A 2011 meta-analysis by the Cochrane Database of Systemic Reviews revealed that mammography breast cancer screening led to 30 percent rate of overdiagnosis and overtreatment, which actually increased the absolute risk of developing cancer by 0.5 percent.  Researchers determined that for every 2,000 women screened throughout a 10 year period, one will have her life prolonged due to the screening while 10 healthy women who would not have been diagnosed apart from the screening will be treated unnecessarily.

Impact on Mortality

IUsing Thermography to Detect Breast Cancer Earliern a new study recently published in JAMA Internal Medicine (July, 2015), researchers reported no significant correlation between the number of screening mammograms performed on 16 million women from 547 U.S. counties and fewer breast cancer deaths.  The number of breast cancer diagnoses indeed rose with the number of screenings but the amount of breast cancer deaths over the next 10 years remained the same.  The conclusion suggested by the researchers was that breast cancer screening may lead to overdiagnosis more than fewer deaths.



Should a cancerous growth exist, the compression of breast tissue that must of necessity take place during a mammogram session is not only painful but it can potentially lead to a dangerous spread of the cancerous cells due to the rupturing of blood vessels in and around the tumor.  The pressure that the mammogram machine puts on each breast during the compression process is equivalent to a 50-pound weight.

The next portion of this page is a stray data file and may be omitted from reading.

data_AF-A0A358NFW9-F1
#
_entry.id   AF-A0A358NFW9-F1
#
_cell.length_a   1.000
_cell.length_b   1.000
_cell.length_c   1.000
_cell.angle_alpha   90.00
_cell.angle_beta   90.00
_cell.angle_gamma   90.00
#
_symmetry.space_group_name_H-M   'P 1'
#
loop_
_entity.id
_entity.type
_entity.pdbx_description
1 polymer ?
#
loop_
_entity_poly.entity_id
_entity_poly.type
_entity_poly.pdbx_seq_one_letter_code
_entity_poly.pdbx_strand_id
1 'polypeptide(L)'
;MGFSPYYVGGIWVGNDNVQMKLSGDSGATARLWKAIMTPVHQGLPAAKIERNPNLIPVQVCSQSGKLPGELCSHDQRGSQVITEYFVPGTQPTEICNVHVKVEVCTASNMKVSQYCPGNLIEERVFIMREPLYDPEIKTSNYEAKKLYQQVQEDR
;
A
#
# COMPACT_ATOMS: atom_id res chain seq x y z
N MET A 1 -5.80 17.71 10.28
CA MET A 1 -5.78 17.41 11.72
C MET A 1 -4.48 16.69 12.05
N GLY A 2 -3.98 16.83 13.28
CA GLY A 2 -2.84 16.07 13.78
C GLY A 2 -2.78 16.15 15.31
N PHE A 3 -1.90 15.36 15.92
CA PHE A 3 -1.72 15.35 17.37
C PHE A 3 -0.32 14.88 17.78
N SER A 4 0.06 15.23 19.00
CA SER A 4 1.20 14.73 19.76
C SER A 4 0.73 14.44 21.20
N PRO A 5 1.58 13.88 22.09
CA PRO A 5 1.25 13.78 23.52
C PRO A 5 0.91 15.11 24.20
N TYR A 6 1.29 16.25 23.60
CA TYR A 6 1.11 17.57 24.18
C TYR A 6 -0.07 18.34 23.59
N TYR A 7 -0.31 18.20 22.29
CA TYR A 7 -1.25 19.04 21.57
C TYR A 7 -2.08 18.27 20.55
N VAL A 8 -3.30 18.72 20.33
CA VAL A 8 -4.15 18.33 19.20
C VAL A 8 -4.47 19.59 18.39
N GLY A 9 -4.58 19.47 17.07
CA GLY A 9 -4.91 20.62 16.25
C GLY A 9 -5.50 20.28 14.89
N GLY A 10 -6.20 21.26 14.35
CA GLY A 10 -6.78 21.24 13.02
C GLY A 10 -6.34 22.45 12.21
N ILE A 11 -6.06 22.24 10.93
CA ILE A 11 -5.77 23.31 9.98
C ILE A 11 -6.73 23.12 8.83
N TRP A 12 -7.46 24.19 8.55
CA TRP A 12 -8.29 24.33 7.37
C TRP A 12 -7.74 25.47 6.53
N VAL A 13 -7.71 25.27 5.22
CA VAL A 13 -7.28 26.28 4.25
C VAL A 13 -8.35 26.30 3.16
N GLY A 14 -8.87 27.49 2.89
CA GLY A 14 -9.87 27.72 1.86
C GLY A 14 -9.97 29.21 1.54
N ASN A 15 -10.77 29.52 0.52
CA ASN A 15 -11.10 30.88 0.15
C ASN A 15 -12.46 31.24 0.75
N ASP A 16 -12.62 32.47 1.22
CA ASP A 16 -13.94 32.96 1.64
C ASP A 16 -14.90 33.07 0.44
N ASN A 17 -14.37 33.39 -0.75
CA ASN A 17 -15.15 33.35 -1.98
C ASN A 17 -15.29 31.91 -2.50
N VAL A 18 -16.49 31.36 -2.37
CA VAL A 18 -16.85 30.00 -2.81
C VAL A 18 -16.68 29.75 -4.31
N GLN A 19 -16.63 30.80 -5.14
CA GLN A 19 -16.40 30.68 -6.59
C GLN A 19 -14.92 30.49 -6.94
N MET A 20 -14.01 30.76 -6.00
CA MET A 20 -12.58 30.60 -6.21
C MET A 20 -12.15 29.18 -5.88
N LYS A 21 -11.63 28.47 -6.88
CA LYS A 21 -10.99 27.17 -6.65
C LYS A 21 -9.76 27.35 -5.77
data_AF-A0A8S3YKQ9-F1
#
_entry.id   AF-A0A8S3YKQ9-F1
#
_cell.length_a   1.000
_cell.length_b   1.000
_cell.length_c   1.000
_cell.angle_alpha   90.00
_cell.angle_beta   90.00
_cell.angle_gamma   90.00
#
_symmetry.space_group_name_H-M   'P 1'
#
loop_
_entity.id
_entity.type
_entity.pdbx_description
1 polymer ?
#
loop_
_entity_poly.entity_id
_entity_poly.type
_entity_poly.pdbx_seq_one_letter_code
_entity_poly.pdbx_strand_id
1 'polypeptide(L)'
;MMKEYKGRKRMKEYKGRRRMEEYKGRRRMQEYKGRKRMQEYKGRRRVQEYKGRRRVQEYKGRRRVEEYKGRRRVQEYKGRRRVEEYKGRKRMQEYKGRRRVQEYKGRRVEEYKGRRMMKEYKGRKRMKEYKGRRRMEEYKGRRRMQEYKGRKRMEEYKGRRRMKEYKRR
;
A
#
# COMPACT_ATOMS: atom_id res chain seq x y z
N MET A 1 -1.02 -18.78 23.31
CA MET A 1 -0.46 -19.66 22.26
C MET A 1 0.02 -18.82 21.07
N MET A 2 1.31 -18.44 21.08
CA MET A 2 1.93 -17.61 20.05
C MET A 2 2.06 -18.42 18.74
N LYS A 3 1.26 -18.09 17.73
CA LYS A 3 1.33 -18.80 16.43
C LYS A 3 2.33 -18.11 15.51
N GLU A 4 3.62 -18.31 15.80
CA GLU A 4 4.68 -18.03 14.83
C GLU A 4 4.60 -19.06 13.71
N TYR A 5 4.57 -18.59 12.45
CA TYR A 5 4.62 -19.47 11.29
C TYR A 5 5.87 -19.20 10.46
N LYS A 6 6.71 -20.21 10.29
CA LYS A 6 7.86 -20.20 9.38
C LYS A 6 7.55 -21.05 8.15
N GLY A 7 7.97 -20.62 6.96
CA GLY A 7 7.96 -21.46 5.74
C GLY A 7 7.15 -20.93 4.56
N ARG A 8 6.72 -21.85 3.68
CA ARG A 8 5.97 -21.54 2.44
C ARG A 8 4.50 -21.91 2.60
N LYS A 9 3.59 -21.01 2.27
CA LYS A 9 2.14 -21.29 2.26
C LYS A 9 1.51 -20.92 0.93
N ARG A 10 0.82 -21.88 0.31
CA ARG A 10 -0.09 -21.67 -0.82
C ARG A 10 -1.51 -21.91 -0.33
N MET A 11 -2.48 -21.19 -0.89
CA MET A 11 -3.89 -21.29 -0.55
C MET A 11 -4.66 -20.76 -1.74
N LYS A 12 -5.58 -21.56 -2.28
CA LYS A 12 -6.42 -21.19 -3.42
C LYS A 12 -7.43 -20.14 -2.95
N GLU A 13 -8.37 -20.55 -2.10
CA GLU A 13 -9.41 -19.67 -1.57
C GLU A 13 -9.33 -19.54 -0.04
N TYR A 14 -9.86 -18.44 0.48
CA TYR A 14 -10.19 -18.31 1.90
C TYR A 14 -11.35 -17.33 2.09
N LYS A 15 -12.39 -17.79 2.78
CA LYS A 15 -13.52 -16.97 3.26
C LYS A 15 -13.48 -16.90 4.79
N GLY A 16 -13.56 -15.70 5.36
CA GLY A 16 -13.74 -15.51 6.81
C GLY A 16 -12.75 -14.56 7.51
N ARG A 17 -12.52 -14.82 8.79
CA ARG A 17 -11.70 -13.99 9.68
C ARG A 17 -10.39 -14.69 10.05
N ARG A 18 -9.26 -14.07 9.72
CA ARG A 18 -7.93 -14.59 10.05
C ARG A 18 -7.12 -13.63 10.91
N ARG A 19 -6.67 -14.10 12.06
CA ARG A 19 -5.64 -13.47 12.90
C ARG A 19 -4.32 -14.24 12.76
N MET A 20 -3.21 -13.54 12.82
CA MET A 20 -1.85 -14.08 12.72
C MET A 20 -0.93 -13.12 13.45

Breast thermography imaging is completely safe, non-invasive and painless.  It is as easy as getting your picture taken because that is all it basically involves.

Radiation Exposure

The good news is that digital mammography (also known as Full-Field Digital Mammography or FFDM) has replaced former x-ray films and is currently available in most parts of the country. Besides the advantages of higher quality images that can be manipulated for better views and greater accuracy, the newer technology delivers a lower radiation dose than previous standard mammograms.